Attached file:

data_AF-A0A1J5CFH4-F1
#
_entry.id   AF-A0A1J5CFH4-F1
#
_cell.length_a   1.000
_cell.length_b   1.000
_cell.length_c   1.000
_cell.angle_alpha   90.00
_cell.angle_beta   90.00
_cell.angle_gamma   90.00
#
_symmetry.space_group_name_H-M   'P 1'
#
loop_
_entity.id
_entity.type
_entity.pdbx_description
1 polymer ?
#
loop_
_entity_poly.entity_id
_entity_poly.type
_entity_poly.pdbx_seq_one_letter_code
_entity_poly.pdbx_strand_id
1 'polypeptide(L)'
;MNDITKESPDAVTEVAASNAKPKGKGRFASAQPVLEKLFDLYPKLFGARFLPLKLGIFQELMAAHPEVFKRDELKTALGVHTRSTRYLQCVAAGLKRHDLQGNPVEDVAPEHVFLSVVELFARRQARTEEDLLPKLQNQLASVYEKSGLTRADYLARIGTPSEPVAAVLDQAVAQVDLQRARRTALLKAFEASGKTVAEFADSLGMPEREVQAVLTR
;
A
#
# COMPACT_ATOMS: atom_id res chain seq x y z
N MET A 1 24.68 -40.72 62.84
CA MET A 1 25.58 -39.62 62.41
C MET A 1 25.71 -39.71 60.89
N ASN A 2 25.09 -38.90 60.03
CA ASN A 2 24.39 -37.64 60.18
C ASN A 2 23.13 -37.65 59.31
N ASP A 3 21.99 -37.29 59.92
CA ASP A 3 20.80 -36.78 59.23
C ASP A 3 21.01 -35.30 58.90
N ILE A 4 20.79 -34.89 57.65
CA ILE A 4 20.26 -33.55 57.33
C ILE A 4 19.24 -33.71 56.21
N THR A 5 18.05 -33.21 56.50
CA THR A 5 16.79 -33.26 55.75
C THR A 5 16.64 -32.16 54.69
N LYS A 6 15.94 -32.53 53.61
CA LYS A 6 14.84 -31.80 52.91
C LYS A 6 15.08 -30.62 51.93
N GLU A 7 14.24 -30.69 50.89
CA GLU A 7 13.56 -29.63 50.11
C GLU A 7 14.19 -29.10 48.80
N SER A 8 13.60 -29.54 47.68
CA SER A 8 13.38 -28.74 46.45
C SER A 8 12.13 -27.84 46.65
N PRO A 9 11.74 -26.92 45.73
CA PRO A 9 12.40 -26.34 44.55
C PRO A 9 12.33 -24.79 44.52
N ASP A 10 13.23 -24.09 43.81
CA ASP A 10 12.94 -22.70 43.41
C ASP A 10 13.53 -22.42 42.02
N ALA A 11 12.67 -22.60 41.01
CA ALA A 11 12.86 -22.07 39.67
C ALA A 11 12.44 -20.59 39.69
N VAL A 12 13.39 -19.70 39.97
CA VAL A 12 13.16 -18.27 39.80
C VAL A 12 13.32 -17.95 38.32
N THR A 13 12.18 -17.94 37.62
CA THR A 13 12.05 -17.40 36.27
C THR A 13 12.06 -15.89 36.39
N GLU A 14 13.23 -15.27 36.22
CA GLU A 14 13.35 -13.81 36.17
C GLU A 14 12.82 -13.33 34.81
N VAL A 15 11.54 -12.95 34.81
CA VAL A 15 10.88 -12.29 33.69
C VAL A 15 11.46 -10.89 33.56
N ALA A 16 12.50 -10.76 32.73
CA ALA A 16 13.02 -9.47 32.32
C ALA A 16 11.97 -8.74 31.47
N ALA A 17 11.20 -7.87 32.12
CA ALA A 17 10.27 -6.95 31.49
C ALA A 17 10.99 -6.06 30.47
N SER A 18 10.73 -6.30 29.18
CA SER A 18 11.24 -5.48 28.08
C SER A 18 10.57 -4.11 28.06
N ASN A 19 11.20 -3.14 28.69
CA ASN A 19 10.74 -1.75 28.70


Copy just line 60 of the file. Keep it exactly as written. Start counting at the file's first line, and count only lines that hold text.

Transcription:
C ASP A 10 13.53 -22.42 42.02